Quantcast
Environmental News for a Healthier Planet and Life

Is Bill Nye a Hired Gun for Monsanto?

Food
Is Bill Nye a Hired Gun for Monsanto?

You may have heard that popular scientist Bill Nye has mysteriously revised his outlook on genetically modified organisms (GMOs). Several years ago, the children’s show host advocated for the labeling of genetically modified foods, citing concerns about what GMOs could do to ecosystems. But now his position on the controversial technology has flipped. This development is the latest in a trend spearheaded by agribusiness giants to discredit the GMO labeling movement, and it’s especially hard to disassociate his reversal from this PR blitz since it coincided with Nye’s recent trip to Monsanto’s headquarters.

Companies like Monsanto hope that casting doubt on the GMO labeling debate will cause us to get caught up in the proverbial weeds of the issue. 

We’ll never know what actually went down during Nye’s visit, as Tom Philpott at Mother Jones notes, but we do know that Monsanto has poured millions of dollars into public relation efforts to sell the public on GMOs. Because that’s what you do when you are a corporation with deep coffers and a product that the public is wisely skeptical of.

Does this mean that it’s game over for the GMO labeling movement or that we should trust Monsanto’s word? Of course not. In fact, it means we should be more suspicious than ever.

Companies like Monsanto hope that casting doubt on the GMO labeling debate will cause us to get caught up in the proverbial weeds of the issue. So let’s get something straight: the debate over GMOs isn’t just about GMOs. It’s about the current and future state of our food system—who grows and sells our food, how it’s marketed, and what technologies were used to produce it. By selling seeds to farmers, peddling pesticides, forming corporate monopolies and funding academic research on GMOs, agribusiness giants like Monsanto have one goal in mind: controlling the food system. The millions of people calling for labeling of GMO foods have a problem with that. Furthermore, it is disappointing to see such beloved science advocates as Bill Nye and Neil deGrasse Tyson being captured by the industry.

As I outlined in my book Foodopoly, Monsanto’s roots in the biotech game date back decades, and they have a long history of subverting public policy. In effect, the company used its relationship with the Reagan Administration to create a weak regulatory process that would help the company bring its products to market quickly and smoothly. A 1985 U.S. Patent and Trademark Office ruling that allowed for plants to be patented further entrenched Monsanto’s power in this area. Since 1999, the fifty largest agricultural and food patent-holding companies and two of the largest biotech and agrochemical trade associations have spent more than US$572 million in campaign contributions and lobbying expenditures, much of it to create a favorable political context to allow GMOs to proliferate.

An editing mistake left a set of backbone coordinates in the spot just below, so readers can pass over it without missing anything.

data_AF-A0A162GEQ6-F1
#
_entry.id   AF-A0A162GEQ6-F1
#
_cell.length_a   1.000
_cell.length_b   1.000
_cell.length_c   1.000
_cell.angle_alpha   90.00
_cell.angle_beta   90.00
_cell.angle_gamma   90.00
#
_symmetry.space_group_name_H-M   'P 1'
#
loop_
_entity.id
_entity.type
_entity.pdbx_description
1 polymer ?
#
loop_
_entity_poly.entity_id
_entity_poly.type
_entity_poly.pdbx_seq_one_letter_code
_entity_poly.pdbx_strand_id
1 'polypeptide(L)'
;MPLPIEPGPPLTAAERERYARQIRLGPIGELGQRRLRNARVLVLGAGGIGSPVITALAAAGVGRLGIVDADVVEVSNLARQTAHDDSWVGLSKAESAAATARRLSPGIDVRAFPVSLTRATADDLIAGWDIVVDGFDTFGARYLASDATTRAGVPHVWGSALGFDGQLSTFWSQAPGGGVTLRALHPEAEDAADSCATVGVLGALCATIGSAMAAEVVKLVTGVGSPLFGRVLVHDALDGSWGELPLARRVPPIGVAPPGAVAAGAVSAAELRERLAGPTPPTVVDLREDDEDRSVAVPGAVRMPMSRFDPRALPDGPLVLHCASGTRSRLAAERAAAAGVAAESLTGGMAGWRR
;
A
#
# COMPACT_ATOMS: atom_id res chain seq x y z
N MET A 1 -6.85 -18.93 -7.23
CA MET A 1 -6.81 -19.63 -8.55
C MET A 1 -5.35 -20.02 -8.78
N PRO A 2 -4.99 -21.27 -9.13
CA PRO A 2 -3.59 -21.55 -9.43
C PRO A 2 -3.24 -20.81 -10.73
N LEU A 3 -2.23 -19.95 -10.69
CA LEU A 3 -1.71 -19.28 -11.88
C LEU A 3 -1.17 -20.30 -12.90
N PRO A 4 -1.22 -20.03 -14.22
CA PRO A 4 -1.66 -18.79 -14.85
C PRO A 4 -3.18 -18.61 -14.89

Just because the industry has launched a charm offensive in the media when it comes to GMOs doesn’t change the basic facts: GMOs are largely untested, and their long-term effects on our health and our planet are still unknown; they promote the use of dangerous chemicals, and they pose a significant threat to organic agriculture. What’s more, consumers should absolutely get to decide whether the food they are buying carries these unknown risks or supports this system; GMO foods must be labeled.

Corporations and their hired guns love confusing people about the science behind their questionable products to help shape favorable public opinion (in the case of GMOs, asserting there is scientific consensus where none actually exists). But we aren’t buying their spin, nor should you.

YOU MIGHT ALSO LIKE

USDA Approves GMO Arctic Apples Despite Opposition

7 Reasons to Detox

Are Insects the Next Climate-Friendly Superfood?

The black cherries of Coffea stenophylla. E. Couturon / IRD, Author provided

By Aaron P Davis

The world loves coffee. More precisely, it loves arabica coffee. From the smell of its freshly ground beans through to the very last sip, arabica is a sensory delight.

Robusta, the other mainstream coffee crop species, is almost as widely traded as arabica, but it falls short on flavor. Robusta is mainly used for instant coffee and blends, while arabica is the preserve of discerning baristas and expensive espressos.

Read More Show Less
EcoWatch Daily Newsletter
Sunrise over planet Earth. Elements of this image furnished by NASA. Elen11 / iStock / Getty Images Plus

On Thursday, April 22, the world will celebrate Earth Day, the largest non-religious holiday on the globe.

Read More Show Less
Trending
NASA has teamed up with non-profit Carbon Mapper to help pinpoint greenhouse gas sources. aapsky / Getty Images

NASA is teaming up with an innovative non-profit to hunt for greenhouse gas super-emitters responsible for the climate crisis.

Read More Show Less
schnuddel / iStock / Getty Images Plus

By Jenna McGuire

Commonly used herbicides across the U.S. contain highly toxic undisclosed "inert" ingredients that are lethal to bumblebees, according to a new study published Friday in the Journal of Applied Ecology.

Read More Show Less
A warming climate can lead to lake stratification, including toxic algal blooms. UpdogDesigns / Getty Images

By Ayesha Tandon

New research shows that lake "stratification periods" – a seasonal separation of water into layers – will last longer in a warmer climate.

Read More Show Less